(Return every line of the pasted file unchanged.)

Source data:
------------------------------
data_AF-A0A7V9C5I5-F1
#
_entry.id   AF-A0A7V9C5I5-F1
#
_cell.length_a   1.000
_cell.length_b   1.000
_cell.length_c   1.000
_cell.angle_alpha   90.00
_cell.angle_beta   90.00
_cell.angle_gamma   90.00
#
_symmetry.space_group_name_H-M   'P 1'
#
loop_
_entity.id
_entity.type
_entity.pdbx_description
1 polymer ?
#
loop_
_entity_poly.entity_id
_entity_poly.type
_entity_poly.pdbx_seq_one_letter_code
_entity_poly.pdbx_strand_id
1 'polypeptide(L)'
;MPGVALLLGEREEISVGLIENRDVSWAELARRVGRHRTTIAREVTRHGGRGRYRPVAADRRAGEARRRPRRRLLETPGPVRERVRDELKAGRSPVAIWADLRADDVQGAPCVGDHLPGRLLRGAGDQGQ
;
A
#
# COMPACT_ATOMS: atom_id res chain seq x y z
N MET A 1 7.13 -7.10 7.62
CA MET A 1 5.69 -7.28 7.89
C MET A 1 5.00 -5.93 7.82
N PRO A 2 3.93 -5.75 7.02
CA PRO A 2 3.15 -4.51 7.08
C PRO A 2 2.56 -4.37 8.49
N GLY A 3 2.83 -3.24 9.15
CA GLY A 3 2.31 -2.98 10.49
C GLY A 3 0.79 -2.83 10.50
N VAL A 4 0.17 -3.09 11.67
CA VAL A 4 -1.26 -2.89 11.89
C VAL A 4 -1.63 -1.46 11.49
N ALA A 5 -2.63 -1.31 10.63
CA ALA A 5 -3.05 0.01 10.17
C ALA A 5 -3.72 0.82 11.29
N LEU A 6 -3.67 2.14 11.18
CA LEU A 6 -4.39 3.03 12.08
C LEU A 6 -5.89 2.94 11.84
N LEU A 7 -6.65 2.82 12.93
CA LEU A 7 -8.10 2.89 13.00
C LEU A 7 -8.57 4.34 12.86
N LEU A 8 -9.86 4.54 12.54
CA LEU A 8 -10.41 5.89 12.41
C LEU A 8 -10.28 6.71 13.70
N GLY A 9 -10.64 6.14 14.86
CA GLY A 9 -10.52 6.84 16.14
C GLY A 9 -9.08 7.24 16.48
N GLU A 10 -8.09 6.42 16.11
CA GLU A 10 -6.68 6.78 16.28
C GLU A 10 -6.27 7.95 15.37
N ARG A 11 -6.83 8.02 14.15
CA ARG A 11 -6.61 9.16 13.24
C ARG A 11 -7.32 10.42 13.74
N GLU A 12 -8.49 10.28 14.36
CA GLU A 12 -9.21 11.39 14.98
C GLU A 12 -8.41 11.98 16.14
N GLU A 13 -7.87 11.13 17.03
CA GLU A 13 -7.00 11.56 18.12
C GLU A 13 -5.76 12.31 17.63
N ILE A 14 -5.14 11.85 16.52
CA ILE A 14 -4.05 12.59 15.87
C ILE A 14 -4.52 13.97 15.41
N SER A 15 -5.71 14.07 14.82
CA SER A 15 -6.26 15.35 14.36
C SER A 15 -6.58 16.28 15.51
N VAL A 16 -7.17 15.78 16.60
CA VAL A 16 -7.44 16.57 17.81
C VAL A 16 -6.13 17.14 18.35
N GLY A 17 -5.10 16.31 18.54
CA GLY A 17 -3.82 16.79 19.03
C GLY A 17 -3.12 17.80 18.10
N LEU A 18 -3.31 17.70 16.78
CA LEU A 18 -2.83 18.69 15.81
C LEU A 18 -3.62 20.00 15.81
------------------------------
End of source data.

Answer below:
data_AF-A0A7V9C5I5-F1
#
_entry.id   AF-A0A7V9C5I5-F1
#
_cell.length_a   1.000
_cell.length_b   1.000
_cell.length_c   1.000
_cell.angle_alpha   90.00
_cell.angle_beta   90.00
_cell.angle_gamma   90.00
#
_symmetry.space_group_name_H-M   'P 1'
#
loop_
_entity.id
_entity.type
_entity.pdbx_description
1 polymer ?
#
loop_
_entity_poly.entity_id
_entity_poly.type
_entity_poly.pdbx_seq_one_letter_code
_entity_poly.pdbx_strand_id
1 'polypeptide(L)'
;MPGVALLLGEREEISVGLIENRDVSWAELARRVGRHRTTIAREVTRHGGRGRYRPVAADRRAGEARRRPRRRLLETPGPVRERVRDELKAGRSPVAIWADLRADDVQGAPCVGDHLPGRLLRGAGDQGQ
;
A
#
# COMPACT_ATOMS: atom_id res chain seq x y z
N MET A 1 7.13 -7.10 7.62
CA MET A 1 5.69 -7.28 7.89
C MET A 1 5.00 -5.93 7.82
N PRO A 2 3.93 -5.75 7.02
CA PRO A 2 3.15 -4.51 7.08
C PRO A 2 2.56 -4.37 8.49
N GLY A 3 2.83 -3.24 9.15
CA GLY A 3 2.31 -2.98 10.49
C GLY A 3 0.79 -2.83 10.50
N VAL A 4 0.17 -3.09 11.67
CA VAL A 4 -1.26 -2.89 11.89
C VAL A 4 -1.63 -1.46 11.49
N ALA A 5 -2.63 -1.31 10.63
CA ALA A 5 -3.05 0.01 10.17
C ALA A 5 -3.72 0.82 11.29
N LEU A 6 -3.67 2.14 11.18
CA LEU A 6 -4.39 3.03 12.08
C LEU A 6 -5.89 2.94 11.84
N LEU A 7 -6.65 2.82 12.93
CA LEU A 7 -8.10 2.89 13.00
C LEU A 7 -8.57 4.34 12.86
N LEU A 8 -9.86 4.54 12.54
CA LEU A 8 -10.41 5.89 12.41
C LEU A 8 -10.28 6.71 13.70
N GLY A 9 -10.64 6.14 14.86
CA GLY A 9 -10.52 6.84 16.14
C GLY A 9 -9.08 7.24 16.48
N GLU A 10 -8.09 6.42 16.11
CA GLU A 10 -6.68 6.78 16.28
C GLU A 10 -6.27 7.95 15.37
N ARG A 11 -6.83 8.02 14.15
CA ARG A 11 -6.61 9.16 13.24
C ARG A 11 -7.32 10.42 13.74
N GLU A 12 -8.49 10.28 14.36
CA GLU A 12 -9.21 11.39 14.98
C GLU A 12 -8.41 11.98 16.14
N GLU A 13 -7.87 11.13 17.03
CA GLU A 13 -7.00 11.56 18.12
C GLU A 13 -5.76 12.31 17.63
N ILE A 14 -5.14 11.85 16.52
CA ILE A 14 -4.05 12.59 15.87
C ILE A 14 -4.52 13.97 15.41
N SER A 15 -5.71 14.07 14.82
CA SER A 15 -6.26 15.35 14.36
C SER A 15 -6.58 16.28 15.51
N VAL A 16 -7.17 15.78 16.60
CA VAL A 16 -7.44 16.57 17.81
C VAL A 16 -6.13 17.14 18.35
N GLY A 17 -5.10 16.31 18.54
CA GLY A 17 -3.82 16.79 19.03
C GLY A 17 -3.12 17.80 18.10
N LEU A 18 -3.31 17.70 16.78
CA LEU A 18 -2.83 18.69 15.81
C LEU A 18 -3.62 20.00 15.81